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Reply to Brzozek et al. Comment on “Choi et al. Cellular Phone Use and Risk of Tumors: Systematic Review and Meta-Analysis. Int. J. Environ. Res. Public Health 2020, 17, 8079”

School of Public Health, University of California, Berkeley, CA 94720, USA
Department of Cancer Biomedical Science, National Cancer Center Graduate School of Cancer Science and Policy, Goyang 10408, Korea
National Cancer Center, Department of Family Medicine and Center for Cancer Prevention and Detection, Hospital, Goyang 10408, Korea
Division of Cancer Epidemiology and Management, National Cancer Center Research Institute, Goyang 10408, Korea
Department of Preventive Medicine, College of Medicine, Seoul National University, Seoul 110-744, Korea
Environmental Health Center, College of Medicine, Seoul National University, Seoul 03080, Korea
Institute of Environmental Medicine, Seoul National University Medical Research Center, Seoul 03080, Korea
Authors to whom correspondence should be addressed.
Academic Editor: David Berrigan
Int. J. Environ. Res. Public Health 2021, 18(11), 5581;
Received: 6 April 2021 / Accepted: 17 May 2021 / Published: 24 May 2021
We appreciate Christopher Brzozek and his colleagues’ interest [1] in our study [2] and their recognition of the importance of our latest systematic review of the research regarding tumor risk from mobile phone (i.e., cell phone) use. This paper updated the research we reviewed in our 2009 meta-analysis [3].
The Brzozek et al. letter is the second letter to the editor regarding our current study. Ken Karipidis [1] and Martin Röösli [4], the senior authors of these two letters, are two of the 14 commissioners on the International Commission on Non-Ionizing Radiation Protection (ICNIRP). Their interest in our paper is not likely coincidental, because the major finding from both of our review studies was that heavier, long-term cell phone use was associated with significantly increased tumor risk [2,3]. Because this finding calls into question the adequacy of ICNIRP’s radio frequency exposure guidelines to protect human health, ICNIRP may have a vested interest in manufacturing doubt about our research.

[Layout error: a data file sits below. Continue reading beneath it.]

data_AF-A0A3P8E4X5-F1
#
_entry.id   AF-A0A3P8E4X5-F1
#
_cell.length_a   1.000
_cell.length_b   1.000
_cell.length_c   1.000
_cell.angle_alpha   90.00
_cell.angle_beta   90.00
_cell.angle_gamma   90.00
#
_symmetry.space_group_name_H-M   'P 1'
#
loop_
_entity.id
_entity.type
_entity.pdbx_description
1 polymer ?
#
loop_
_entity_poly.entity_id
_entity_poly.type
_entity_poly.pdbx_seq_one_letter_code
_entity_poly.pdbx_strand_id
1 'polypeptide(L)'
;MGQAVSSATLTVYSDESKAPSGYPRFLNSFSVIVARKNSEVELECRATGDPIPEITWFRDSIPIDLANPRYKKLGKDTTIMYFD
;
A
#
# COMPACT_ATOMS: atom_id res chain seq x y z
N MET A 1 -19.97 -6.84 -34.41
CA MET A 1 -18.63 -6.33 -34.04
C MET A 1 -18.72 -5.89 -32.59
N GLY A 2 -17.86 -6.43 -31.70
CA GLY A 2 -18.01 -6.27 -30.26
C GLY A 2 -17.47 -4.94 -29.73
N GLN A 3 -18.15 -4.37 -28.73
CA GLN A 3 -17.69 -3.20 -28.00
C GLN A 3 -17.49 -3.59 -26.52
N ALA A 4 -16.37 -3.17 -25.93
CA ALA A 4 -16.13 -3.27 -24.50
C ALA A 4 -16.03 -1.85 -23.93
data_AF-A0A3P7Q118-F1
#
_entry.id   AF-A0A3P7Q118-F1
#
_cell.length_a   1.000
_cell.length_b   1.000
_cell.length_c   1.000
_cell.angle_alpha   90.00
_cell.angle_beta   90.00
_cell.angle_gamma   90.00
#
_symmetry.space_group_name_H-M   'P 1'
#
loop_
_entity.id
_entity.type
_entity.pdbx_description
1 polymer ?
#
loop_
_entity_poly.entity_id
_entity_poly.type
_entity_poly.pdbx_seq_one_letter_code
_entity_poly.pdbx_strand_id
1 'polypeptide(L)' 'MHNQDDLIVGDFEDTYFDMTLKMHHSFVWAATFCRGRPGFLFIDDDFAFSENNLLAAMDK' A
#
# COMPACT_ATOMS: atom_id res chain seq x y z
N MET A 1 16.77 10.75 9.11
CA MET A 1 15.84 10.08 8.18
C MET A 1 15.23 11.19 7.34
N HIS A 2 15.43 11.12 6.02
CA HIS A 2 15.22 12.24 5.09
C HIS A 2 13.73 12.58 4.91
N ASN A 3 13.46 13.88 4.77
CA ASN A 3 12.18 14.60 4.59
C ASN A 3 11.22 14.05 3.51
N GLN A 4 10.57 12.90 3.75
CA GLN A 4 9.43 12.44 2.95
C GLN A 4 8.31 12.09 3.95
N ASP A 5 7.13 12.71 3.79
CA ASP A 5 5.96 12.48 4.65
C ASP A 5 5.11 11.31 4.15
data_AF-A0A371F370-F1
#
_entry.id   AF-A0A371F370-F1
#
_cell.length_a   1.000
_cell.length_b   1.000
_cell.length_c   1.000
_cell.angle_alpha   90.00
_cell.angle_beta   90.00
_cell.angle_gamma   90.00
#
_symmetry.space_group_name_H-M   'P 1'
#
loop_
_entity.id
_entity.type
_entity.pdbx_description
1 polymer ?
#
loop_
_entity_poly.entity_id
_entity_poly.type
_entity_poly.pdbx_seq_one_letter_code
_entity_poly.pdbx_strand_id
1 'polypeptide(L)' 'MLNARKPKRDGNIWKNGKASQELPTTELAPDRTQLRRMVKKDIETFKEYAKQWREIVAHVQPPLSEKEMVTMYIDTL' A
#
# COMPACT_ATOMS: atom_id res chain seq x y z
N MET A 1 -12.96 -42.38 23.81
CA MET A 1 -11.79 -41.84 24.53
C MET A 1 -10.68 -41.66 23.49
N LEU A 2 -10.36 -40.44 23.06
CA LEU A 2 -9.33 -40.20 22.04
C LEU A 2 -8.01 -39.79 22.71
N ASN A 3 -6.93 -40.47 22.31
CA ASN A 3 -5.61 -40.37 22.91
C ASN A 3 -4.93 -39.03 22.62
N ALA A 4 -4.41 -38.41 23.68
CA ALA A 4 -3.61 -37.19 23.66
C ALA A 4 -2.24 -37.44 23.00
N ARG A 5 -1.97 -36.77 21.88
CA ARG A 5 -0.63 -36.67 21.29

Since all but one of the concerns in the Brzozek letter were raised in the letter by de Vocht and Röösli [4], to avoid redundancy, we request that readers see our response to de Vocht and Röösli which addresses these other concerns [5]. Hence, in our reply below, we simply address Brzozek et al.’s unique concern about our paper.
Brzozek et al.’s [1] first concern is that we “unfairly and repeatedly criticized” the INTERPHONE group [6] and many of its investigators for their reliance on cellular phone industry funding. They further criticized us for providing only one reference [7] about possible “’hidden conflicts’ of interest” among the INTERPHONE investigators.
Industry-funded research, especially occupational and environmental health research, has been a topic of concern for decades, because it has often been found to be biased to support industry interests, according to numerous peer-reviewed papers, e.g., [8,9,10,11,12,13,14,15,16,17,18,19]. Moreover, several peer-reviewed papers have raised concerns about bias in industry-funded research on the effects of exposure to radio frequency radiation [20,21,22,23,24].